WASHINGTON -- Consumer confidence unexpectedly increased in July to the highest level in six years as Americans’ views of their finances improved.
The Thomson Reuters/University of Michigan final index of consumer sentiment advanced to 85.1 in July from 84.1 at the end of June. Economists in a Bloomberg survey called for 84, according to the median projection after a preliminary reading of 83.9.
An increase in personal wealth tied to higher property values and stock portfolios is keeping confidence elevated and consumers spending. Stronger finances, along with job gains that have picked up from the second half of 2012, are also helping blunt the effects of higher payroll taxes.
“The labor market’s better, you’re seeing home prices rise, you’re seeing equity prices rise, so there are a lot of things out there to be positive about,” said Brian Jones, senior U.S. economist in New York at Societe Generale, who predicted an increase in confidence from June. “If you think about the things that drive consumer confidence, they should be rising as well through the end of the year.”
Stocks fell, with the Standard & Poor’s 500 Index heading for its first weekly decline in more than a month, as investors weighed corporate earnings. The S&P 500 decreased 0.5 percent to 1,682.43 at 10:29 a.m. in New York.
Estimates of the 63 economists in the Bloomberg survey ranged from 83 to 86. The index is close to the average of 89 in the five years leading to the last recession that began in December 2007. During the 18-month slump that ended in June 2009, the gauge averaged 64.2.
The survey showed income and job growth helped bolster buying attitudes, especially for big purchases such as cars and homes. Younger households reported greater incomes, reflecting improvements in employment and hours worked, while middle- and upper-income Americans were more likely to report asset gains.
Today’s figures compare with the weekly Bloomberg Consumer Comfort Index which rose last week to match its highest level since January 2008. The Bloomberg gauge improved to minus 27.3 in the period ended July 21 from minus 28.4.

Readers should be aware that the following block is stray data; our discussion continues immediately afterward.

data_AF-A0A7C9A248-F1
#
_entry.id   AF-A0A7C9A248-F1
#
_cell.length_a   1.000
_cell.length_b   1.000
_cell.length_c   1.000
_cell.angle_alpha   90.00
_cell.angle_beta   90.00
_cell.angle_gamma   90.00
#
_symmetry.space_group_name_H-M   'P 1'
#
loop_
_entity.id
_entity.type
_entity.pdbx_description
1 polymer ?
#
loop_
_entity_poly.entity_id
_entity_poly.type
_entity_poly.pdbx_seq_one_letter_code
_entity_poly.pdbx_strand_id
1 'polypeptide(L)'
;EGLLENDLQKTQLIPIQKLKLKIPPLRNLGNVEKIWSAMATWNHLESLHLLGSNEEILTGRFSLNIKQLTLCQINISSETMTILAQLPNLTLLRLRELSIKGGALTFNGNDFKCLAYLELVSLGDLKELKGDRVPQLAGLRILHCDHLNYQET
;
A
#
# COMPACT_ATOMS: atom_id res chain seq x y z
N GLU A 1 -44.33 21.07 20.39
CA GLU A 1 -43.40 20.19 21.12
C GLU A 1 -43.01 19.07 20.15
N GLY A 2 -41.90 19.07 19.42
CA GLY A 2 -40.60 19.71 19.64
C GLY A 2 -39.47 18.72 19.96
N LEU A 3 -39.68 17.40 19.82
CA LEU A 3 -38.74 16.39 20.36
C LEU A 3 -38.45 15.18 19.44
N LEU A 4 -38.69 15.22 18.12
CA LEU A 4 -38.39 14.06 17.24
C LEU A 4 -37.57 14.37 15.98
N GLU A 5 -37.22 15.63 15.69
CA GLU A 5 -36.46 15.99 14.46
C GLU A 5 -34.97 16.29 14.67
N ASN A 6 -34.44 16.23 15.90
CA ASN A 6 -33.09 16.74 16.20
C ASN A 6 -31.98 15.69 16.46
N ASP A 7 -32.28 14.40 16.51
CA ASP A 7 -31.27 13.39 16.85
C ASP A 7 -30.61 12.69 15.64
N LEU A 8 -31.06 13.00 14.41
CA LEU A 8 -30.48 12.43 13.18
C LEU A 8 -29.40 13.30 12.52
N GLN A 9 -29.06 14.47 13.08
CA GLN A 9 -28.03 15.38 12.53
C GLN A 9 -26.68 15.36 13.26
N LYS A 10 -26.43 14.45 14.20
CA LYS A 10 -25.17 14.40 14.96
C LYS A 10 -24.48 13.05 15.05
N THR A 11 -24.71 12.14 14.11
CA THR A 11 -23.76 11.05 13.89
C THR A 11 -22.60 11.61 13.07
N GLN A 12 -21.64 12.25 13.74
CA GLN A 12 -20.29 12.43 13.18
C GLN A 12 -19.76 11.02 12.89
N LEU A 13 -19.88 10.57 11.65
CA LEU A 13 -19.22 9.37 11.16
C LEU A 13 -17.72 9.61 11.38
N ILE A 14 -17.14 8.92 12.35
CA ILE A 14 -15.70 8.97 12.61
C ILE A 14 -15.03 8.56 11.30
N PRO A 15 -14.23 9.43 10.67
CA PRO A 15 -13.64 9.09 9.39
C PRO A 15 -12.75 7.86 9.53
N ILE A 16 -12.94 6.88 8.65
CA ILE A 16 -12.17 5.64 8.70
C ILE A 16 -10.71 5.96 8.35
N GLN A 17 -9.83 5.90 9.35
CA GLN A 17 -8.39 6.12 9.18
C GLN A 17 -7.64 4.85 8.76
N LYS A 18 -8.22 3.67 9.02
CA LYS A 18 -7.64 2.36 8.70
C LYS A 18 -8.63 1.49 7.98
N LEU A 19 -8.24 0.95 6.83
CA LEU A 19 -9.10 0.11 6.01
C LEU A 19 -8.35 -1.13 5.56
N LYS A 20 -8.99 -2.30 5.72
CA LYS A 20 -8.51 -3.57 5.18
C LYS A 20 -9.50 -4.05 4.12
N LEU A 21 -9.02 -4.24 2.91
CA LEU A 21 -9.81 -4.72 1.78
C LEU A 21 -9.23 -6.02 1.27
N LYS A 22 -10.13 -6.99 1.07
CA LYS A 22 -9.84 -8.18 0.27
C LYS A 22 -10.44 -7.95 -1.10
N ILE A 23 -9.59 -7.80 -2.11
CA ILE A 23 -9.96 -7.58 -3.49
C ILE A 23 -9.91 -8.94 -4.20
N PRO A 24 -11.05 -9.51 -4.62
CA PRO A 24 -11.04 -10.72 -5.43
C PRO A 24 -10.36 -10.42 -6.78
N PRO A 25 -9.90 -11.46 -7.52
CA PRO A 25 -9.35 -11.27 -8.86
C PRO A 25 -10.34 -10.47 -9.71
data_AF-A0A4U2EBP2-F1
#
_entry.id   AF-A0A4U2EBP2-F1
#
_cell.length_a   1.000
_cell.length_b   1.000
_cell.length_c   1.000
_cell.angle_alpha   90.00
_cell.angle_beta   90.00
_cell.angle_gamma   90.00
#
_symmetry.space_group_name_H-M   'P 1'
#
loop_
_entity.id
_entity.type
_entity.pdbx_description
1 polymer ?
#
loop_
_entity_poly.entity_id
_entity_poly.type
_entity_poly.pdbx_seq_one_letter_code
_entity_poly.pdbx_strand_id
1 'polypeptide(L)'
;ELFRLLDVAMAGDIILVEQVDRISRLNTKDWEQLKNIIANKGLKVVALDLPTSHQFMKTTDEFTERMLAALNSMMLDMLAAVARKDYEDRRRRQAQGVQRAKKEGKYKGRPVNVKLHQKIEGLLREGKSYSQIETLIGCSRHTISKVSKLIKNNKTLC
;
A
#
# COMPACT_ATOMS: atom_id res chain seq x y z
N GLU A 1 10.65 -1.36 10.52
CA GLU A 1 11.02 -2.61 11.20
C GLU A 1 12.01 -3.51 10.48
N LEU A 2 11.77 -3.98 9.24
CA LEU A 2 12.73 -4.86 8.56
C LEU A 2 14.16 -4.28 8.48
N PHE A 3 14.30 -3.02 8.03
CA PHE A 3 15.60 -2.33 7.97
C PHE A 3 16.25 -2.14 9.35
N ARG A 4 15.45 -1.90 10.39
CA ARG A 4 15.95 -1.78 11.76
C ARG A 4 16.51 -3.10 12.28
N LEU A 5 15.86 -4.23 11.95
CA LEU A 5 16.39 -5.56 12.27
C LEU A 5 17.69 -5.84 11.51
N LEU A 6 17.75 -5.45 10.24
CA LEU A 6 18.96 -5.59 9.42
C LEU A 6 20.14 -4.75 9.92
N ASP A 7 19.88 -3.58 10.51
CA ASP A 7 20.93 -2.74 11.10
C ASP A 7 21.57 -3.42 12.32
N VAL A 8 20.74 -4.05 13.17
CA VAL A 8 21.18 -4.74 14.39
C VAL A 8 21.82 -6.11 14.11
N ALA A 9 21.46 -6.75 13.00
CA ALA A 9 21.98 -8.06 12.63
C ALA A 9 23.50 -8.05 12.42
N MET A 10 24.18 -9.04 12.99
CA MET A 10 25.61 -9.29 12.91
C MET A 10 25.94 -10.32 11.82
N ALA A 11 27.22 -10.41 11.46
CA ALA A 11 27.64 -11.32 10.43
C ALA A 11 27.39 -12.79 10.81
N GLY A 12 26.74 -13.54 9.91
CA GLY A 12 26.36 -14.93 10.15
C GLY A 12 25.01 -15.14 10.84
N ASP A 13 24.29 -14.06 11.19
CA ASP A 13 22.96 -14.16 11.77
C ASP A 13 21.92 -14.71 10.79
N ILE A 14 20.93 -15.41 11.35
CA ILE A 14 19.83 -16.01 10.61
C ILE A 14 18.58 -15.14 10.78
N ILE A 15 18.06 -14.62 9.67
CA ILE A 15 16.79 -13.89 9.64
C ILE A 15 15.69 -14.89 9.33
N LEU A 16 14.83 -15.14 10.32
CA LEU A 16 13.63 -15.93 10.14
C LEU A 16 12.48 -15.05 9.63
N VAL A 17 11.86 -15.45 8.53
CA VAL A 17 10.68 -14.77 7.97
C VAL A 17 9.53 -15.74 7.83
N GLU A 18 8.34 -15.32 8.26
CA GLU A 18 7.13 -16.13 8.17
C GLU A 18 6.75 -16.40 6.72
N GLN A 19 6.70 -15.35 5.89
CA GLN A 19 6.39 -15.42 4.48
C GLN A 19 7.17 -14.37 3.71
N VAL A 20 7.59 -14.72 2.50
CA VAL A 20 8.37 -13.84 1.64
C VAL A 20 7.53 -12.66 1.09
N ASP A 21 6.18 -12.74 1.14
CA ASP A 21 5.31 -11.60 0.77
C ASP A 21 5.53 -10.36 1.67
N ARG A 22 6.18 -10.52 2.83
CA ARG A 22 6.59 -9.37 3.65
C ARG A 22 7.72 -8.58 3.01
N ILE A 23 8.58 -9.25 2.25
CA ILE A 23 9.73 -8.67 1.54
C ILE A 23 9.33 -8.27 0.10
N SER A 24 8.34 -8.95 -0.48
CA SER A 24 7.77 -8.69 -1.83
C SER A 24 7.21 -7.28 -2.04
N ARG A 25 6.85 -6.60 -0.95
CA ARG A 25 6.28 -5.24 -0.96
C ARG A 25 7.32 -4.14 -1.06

The Michigan survey’s current conditions index, which takes stock of Americans’ view of their personal finances, climbed to a six-year high of 98.6 in July from 93.8 last month. The preliminary July figure was 99.7.
The index of expectations six months from now fell to 76.5 this month from 77.8 in June. The preliminary July reading was 73.8.
Expectations of higher borrowing costs dimmed the reading on expectations for the economy. The survey results showed interest rates were expected to climb in the coming year by 68 percent of all consumers, up from 55 percent in June and the highest share since August 2006.
The consumer sentiment measure has increased since the end of last year, when it stood at 72.9. More optimism is translating into higher sales at companies such as US Airways Group Inc.
Tempe, Ariz.-based US Airways, on track to become the world’s largest carrier once it completes its merger with AMR Corp., reported higher revenue in the second quarter as demand recovered from the effects of across-the board federal spending cuts, President Scott Kirby said on a July 24 conference call with analysts.
“Going forward, the demand environment remains quite good for both leisure and business demand,” Kirby said on the call. “Stronger consumer confidence, business confidence and macroeconomic performance seemed to be combining to drive the improved revenue environment.”
Confidence is getting a boost from an improving labor market. Employment climbed by 202,000 a month on average in the first six months of this year, up from 180,000 in the second half of 2012, Labor Department data show.
Americans may also be feeling wealthier as real estate prices climb and stocks hold near record highs. Home values in the U.S. increased 12.2 percent in May from a year earlier, the largest advance since February 2006, according to data earlier this month from Irvine, Calif.-based CoreLogic Inc.
The S&P 500 is hovering close to the record high of 1,695.53 reached on July 22.
Today’s Michigan survey showed that Americans expect an inflation rate of 3.1 percent over the next year, up from 3 percent in June. Over the next five years, Americans expect a 2.8 percent rate of inflation, down from 2.9 percent in the previous three months.
Inflation expectations are little changed from the end of 2012. Some companies are finding they still need to cater to the price-sensitive consumer as unemployment lingers above 7 percent.
Some Wendy’s Co. “customers are just very sensitive to the economics that they face in their life,” CEO Emil Brolick said in a July 23 conference call to discuss second quarter earnings. “You have to give them a price value offering if you’re going to get them to come to your restaurant significantly.”
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